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BITC: Publication Class -- 4. Words to Avoid

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Okay, so now we have the basic concept of our paper. We also have some platforms by which we're going to get started. Now, you're going to sit down, and you're going to write. There are some mistakes that people make very commonly. There are some words that, quite simply, you should just stay away from because they're not part of good scientific English. I'm going to give you four slides of basic writing tips for scientific writing in English. This is your first slide of things to avoid. Let's discuss the word 'while'. This is a word that gets abused in scientific English. Don't use this word to mean 'although.' What this word means is 'at the same time as.' Example: "I went to the store while my friend went to the restaurant." Many times you don't need to use it all. You can simply use a semi-colon. Again, this is a word that gets overused. A second bit of wisdom: use of these two abbreviations - 'e.g.' and 'i.e.' 'e.g.' means "exempli gratia." Or, 'for example.' It introduces some examples, some instances, or a short list of names or items. 'i.e.', on the other hand, means "id est." Or, 'that is.' That introduces a restatement of something. So, understand the differences. 'e.g.' is saying 'for example'; and, 'i.e.' is restating. Don't use one for the other. Notice that both of the words in both abbreviations are abbreviated. So, both should have periods. Whether there is a comma after them depends on the specific journal's style. Then we get into this pair of words: compose vs comprise. 'Comprise' is basically saying 'including.' Comprising is embracing or taking in. Whereas 'composing' is making up. One is the whole encompassing the parts; and, the other is the parts making up the whole. So, make sure you use these two carefully. Also, don't use 'comprised' often. Okay? A third set are these causal words: because, since, as. These are conjunctions that express reason or cause. Perhaps the strongest of the three is 'because.' "This happened because that happened." That's direct attribution of cause. 'Since' is a bit more shallow and weak. What follows is implied by what precedes. And, 'as' is very subtle and very soft. So, use those three in the right places. Finally, let's talk about 'although' and 'though.' They're largely interchangeable. But, when you're beginning a clause it is better to use 'although' because it's a bit clearer and more emphatic. So, that's a first set of bits of wisdom about words to use and words not to use. Here's a second set of words to avoid. You can almost always remove the word 'very.' If I say, 'values of the index were very high' that's not much less communicative than, 'values of the index were high'. You don't gain very much from that extra word. Similarly, in English, we have this construction: 'there is' and 'there are.' Example: "There are 30 birds sitting on the wire." Why don't we use a more direct statement? "Thirty birds are sitting on the wire." I've found that, in nearly every instance, I can find a more effective and more direct way of wording something without 'there is' or 'there are.' So, think about that when you read through your papers. Then, we have these pronouns -this, these, those- as nouns. These are modifiers. They're not nouns. But, people often say, 'This is why I...' No. 'This reason is why...' Or, 'this problem is why...' Don't use them as nouns. Next. Passive verbs vs active verbs. Most of the time, when we use a passive construction (e.g., 'This bird was processed by these approaches...'), we can restate exactly the same sentence as, 'We used these approaches to processes this bird.' There's no good reason why you should load your text with these backwards constructions which are passive verbs. Last on this slide is 'et al.' This comes from the Latin "et altera;" or, 'and others.' We say this when we have multiple co-authors (e.g., Johnson et al.). 'al.' is short for "altera." But, "et" is not shortened. Okay? So, 'al.' needs to have a period to reflect the fact that it is an abbreviation. Unless your journal expressly does not use that format. Very frequently, I see things like this: "Johnson et all 2004" (and we're not going to even talk about that) Johnson et all - 'a-l-l' Just understand that this comes from "et altera" and then you'll never have problems remembering how et al. should be. That's Words to Avoid #2. Let's go on to #3. Here's a third set of bits of wisdom about scientific writing in English. Very commonly, you'll see this construction of 'due to.' Most uses of this should be replaced with 'owing to' - because of. This is because 'due to' implies that a quantity is owed, whereas what we really want to express is one of causation. Then, spaces after periods and colons. Back when my career was beginning, we still had to put two spaces after a colon and two spaces after a period. That was related to how type was set and how publishing was done. These days, your word processing program probably accords a bit of extra space after periods and after colons automatically. So, those two spaces are no longer necessary. What it comes down to is consistency. If you choose one way, do it that way through the entire manuscript. Be absolutely consistent. Then we have British versus U.S. English spelling. I'm from the U.S., so obviously I prefer the U.S. spelling. But a colleague of mine from Great Britain would see the world quite differently. Neither is incorrect. Each one is correct if that's what the journal is requesting. These are pairs of British versus American spelling. One of the most common is acknowledgement with or without the 'e' in it. That's not a matter of preference. It's simply: what's the style of your journal? You can write in British English. You can write in American English. The important thing is to do it consistently. One or the other. Then it's always very easy to go back and forth. When we talk about modifiers, sometimes we have modifiers that consist of multiple parts. It's convenient to connect those with a hyphen. That's what we're talking about with these 'hyphenated, compound modifiers.' So, we could say, 'that man is well respected.' And, the only modifier we have is 'well' which is modifying 'respected,' and 'respected' 'man'. But, it's quite clear that 'that man' is 'well respected.' If we want to combine 'well respected' into a modifier for 'man', then it's convenient to include a hyphen. This is a detail, but it can avoid the confusion of 'he is a well respected man' or 'he is a well-respected' man.' So, be thinking about how you can use hyphens in moderation to clear up some of your modifiers. That's a third set of words and problems to avoid. Let's go on to a fourth. Here's our fourth and final list of little quibbles with scientific English. Use of the word 'where.' 'Where' refers to location. Do not use it to refer to things that are better dealt with as 'in which' or 'for which.' For example, you might see the sentence: 'Predation on small prey, where many individuals must be captured per dive, blah, blah, blah...' That's not referring to a place. It is referring to this quality of predation on small prey. And so, much better would be: 'Predation on small prey, in which many individuals must be captured per dive.' Again, use 'where' for location. 'Predate' should actually be pronounced 'pre-date'. It means something that happened in advance of another thing. The verb that refers to predation is 'depredate.' Another quibble is 'monophyletic clade.' A clade is, by definition, monophyletic. Just get rid of 'monophyletic' if you're going to use the word 'clade.' We know you're saying that it is monophyletic. The word 'data' is very common in science. The word 'data' is plural. If it's plural, then it requires plural forms of verbs after it. The singular is 'datum.' When you refer to a single piece of data, you literally need to say 'datum' not 'data.' The word 'the' is vastly overused. When I do an editing pass through a manuscript, I can usually remove 30-50% of the uses of the word 'the.' It's generally not necessary. Split infinitives. The infinitive here is: 'To divide...' But, here it's been split using an adverb: blatantly. It's just an ugly use of a construction in English. 'To divide the word blatantly...' Or, 'to divide blatantly the word...' may be a little more cumbersome but it's a lot less ugly. Finally, we have a whole set of considerations about hyphens and dashes. Hyphens are used to build compound modifiers. The short dashes, called 'n-dashes', are used to indicate ranges of numbers. (Example. 4-5) The longer 'm-dashes' are used to subset sentences. (e.g., 'I ate —more than anything— because I was hungry.') These are m-dashes. Okay. That was a little bit long and tedious; but, that was a whole set of suggestions that you can use to improve your written English. As you get these and other suggestions into your writing brain, I would suggest that you write your manuscript and then you go back through. For example, you could search 'clade' and make sure you don't have 'monophyletic.' You could search 'where' and make sure you're happy with its use at each instance in which you use it.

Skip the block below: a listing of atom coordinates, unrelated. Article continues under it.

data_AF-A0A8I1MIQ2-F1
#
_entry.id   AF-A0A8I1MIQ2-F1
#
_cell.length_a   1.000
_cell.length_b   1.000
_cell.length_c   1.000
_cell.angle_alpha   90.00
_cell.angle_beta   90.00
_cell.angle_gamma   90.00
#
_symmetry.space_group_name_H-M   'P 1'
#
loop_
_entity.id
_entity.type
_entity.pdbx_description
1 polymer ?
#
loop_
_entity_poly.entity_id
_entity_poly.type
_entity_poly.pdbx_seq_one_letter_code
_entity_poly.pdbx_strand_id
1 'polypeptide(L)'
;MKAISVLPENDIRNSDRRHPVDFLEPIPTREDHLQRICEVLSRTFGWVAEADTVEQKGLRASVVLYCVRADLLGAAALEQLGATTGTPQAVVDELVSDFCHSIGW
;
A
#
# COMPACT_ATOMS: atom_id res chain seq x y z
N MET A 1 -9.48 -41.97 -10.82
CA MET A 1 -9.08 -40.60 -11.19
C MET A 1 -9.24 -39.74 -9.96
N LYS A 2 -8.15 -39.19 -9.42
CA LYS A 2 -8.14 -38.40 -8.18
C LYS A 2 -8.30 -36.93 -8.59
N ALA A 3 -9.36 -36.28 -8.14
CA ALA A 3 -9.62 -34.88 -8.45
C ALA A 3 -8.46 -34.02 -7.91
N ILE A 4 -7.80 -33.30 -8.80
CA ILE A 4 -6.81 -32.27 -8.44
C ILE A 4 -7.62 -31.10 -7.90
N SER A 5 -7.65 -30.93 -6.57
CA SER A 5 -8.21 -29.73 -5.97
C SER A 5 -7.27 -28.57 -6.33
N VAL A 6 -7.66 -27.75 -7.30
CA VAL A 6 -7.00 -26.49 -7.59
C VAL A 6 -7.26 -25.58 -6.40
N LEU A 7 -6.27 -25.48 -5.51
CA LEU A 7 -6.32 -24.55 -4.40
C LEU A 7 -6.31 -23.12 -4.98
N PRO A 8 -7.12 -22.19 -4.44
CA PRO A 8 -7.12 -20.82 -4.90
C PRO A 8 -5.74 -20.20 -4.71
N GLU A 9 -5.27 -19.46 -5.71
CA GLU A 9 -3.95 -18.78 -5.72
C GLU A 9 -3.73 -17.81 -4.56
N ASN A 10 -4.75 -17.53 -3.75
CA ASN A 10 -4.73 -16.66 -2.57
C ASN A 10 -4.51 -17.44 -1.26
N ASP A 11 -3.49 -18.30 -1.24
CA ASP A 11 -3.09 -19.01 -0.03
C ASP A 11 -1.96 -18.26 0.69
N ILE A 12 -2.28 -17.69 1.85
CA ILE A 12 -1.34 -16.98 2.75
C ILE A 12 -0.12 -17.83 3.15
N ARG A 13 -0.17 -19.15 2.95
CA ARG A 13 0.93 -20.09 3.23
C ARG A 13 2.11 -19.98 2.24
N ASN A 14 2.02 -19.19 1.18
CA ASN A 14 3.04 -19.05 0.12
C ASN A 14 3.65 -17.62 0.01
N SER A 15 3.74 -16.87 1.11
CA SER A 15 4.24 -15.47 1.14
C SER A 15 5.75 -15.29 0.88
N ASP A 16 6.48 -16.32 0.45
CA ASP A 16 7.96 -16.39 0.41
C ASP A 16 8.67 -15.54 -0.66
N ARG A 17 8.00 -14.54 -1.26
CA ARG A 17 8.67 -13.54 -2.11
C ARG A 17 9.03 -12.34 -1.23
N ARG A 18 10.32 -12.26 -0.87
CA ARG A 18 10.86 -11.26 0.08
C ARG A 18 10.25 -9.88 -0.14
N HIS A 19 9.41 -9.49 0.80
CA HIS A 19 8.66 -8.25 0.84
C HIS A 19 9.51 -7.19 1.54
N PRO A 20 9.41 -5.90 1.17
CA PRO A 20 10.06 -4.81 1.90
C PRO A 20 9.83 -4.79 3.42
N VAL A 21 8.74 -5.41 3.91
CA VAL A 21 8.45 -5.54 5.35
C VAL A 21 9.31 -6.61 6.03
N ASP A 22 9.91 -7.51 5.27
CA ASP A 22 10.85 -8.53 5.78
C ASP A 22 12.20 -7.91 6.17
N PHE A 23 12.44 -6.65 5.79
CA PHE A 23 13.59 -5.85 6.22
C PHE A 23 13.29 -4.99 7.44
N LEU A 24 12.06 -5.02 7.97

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Posted by: townpeterson on Jul 5, 2016

Publication Class: How to Publish a Scientific Paper

A. Townsend Peterson, University of Kansas
In English

Academic productivity and effective communication of research results depend critically on publishing scientific articles in scholarly journals. This set of 13 video segments aims to provide an overview of the entire publishing process. It is not specific to biodiversity informatics, but rather can be quite general for the natural sciences at least.